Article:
Win! Rental Car Companies Can No Longer Give You Recalled Cars That Could Burst Into Flames
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Sometimes a piece of consumer legislation comes along that’s so head-slappingly basic you wonder how such a thing was ever legal, and how more people haven’t died as a result. Such is the case with an agreement signed this week by five major rental car companies, soon expected to be passed into law, banning them from renting out cars that have been recalled by their manufacturers.
That’s right, there is currently no law on the books prohibiting rental car companies from renting out recalled, potentially dangerous cars to customers. Unfortunately, it took the deaths of two young women, plus years of campaigning by their mother and other consumer safety advocates to turn things around.
Death of Raechel and Jacquie Houck
The accident that killed sisters Raechel and Jacquie Houck is horrifying on its own, but the fact that their deaths were preventable and caused by corporate negligence makes the story that much worse.
On October 7, 2004, 24-year-old Raechel Houck rented a PT Cruiser from Enterprise Rent-a-Car in Capitola, California. The car was new, a 2004 model, but it had a critical defect. As Enterprise had learned a month earlier, Daimler Chrysler had recalled this model due to “a power steering hose that could leak and ignite on the catalytic converter, causing a fire under the hood,” according to Ojai Valley News. After learning of the safety recall, the branch rented out the vehicle to a total of four customers, including Raechel.
A few hours after getting the keys to the Cruiser, Raechel was driving down Highway 101 with 20-year-old Jacquie when the car “crossed the grass median and hit a southbound big rig, bursting into flames,” the Santa Cruz Sentinel reports. Both women died on the scene.
Enterprise responded to the accident by offering the Houcks’ parents, Cally and Chuck, $3 million, according to the family lawyer. Instead, the family chose to go to court, where Enterprise argued that the accident had been caused by negligent driving on Raechel’s part.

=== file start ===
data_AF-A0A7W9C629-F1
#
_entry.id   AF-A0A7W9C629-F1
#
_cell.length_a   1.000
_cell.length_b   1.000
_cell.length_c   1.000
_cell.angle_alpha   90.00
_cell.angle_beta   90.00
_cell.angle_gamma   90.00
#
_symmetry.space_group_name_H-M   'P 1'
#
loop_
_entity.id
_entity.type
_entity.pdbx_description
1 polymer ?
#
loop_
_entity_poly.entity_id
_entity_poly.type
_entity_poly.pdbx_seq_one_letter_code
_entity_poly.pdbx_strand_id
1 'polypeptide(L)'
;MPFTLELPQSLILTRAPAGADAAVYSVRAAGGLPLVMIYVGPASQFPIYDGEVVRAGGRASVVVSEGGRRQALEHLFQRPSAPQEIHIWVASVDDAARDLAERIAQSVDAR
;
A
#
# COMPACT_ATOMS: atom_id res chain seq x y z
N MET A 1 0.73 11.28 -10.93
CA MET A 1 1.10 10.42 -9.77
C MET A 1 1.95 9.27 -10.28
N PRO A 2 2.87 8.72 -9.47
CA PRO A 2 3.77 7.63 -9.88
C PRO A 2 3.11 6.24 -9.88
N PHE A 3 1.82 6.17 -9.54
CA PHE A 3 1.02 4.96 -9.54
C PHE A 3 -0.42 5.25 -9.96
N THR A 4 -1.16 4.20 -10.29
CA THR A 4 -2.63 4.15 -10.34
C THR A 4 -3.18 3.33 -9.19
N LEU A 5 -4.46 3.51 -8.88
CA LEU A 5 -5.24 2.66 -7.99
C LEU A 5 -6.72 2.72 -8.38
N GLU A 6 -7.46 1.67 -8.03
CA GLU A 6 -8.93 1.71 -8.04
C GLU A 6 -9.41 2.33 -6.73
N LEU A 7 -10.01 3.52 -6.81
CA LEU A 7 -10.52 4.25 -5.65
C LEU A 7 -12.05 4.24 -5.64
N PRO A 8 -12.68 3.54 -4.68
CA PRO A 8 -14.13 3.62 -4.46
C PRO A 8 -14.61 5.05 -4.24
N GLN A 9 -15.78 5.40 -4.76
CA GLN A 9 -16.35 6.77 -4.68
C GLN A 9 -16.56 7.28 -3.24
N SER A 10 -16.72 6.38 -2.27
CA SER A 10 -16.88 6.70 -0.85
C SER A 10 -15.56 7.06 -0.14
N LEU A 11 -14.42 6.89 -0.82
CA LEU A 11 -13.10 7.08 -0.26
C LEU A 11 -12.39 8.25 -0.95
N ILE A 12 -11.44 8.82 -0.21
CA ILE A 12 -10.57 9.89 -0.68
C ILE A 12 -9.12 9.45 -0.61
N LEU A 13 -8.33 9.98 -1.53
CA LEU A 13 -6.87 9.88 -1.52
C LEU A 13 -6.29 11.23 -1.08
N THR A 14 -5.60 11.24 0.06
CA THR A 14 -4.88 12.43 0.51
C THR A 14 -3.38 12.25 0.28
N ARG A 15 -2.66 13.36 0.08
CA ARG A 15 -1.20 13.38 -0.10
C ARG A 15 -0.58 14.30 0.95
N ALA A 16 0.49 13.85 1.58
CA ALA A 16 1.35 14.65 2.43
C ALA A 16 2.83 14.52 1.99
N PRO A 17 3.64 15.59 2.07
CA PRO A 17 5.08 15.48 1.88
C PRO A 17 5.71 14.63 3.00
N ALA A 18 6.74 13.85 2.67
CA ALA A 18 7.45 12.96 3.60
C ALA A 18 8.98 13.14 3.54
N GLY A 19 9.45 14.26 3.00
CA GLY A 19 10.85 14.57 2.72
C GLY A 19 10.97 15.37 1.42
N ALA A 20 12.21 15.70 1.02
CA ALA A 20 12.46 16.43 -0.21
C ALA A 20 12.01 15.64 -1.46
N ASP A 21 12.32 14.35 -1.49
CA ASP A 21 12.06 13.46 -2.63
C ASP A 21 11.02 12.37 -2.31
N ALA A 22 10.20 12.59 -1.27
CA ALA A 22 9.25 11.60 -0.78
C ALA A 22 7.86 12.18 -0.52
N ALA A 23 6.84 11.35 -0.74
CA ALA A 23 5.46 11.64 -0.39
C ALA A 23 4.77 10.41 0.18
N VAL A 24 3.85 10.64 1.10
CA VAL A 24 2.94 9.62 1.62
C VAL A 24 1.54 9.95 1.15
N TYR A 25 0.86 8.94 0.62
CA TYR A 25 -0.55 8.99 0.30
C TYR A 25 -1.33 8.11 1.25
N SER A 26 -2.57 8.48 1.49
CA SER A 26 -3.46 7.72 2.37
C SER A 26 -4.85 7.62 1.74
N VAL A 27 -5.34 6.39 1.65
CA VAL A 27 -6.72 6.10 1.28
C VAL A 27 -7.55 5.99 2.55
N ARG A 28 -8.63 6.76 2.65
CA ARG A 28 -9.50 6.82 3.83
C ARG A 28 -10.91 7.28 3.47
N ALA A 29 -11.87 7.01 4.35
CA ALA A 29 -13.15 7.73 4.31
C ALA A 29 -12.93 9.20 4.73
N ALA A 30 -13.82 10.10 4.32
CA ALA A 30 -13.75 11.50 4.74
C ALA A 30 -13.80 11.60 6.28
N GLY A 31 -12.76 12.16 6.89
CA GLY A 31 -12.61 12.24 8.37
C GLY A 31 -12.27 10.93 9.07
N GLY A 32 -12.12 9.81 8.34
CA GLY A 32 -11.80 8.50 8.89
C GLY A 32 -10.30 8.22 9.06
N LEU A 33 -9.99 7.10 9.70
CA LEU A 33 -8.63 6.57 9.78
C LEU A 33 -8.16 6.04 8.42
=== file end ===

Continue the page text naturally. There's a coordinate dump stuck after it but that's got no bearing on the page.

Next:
“I knew in my heart, always, that Raechel was a very good driver,” Callie Houck told reporters during the 2010 trial. “Having lived in Europe for two years, she spent a lot of time driving the roads of rural Italy. She was very cautious and would never have taken any chances.”
It was also revealed in court that Enterprise, which also owns National Car Rental and Alamo, made a regular habit of renting out recalling vehicles:
Enterprise corporate philosophy was "you've got to keep booking, because you don't know when you are going to get a car back. But then of course, you run short on vehicles, and if all you have are recalled vehicles on the lot, you rent them out. It was a given. The whole company did it."
[Enterprise branch manager Mark Matias’s] statement explained his understanding of the policy: If a priority recall appears on the computer screen in the rental office, the employee is required to write the word "recall" on a Post-it note and place it on the key in an area designated for non-rentals, but nothing prevents an employee from renting that vehicle.
It’s a practice that car safety advocates have dubbed "rental car roulette."
In the end, the jury awarded the Houck family $15 million, which, according to Cally Houck, went to legal fees and the family's RageJax Foundation, an art and music education charity.
Legacy of Safety Problems
Although the Houcks won a large settlement in the case, they did not feel justice had been served for one major reason: Enterprise didn’t agree to change its policies about renting recalled cars. In fact, the Houcks learned, none of the major car rental companies had policies in place that would’ve protected their daughters from renting a car with a known safety defect, and none of them planned to change.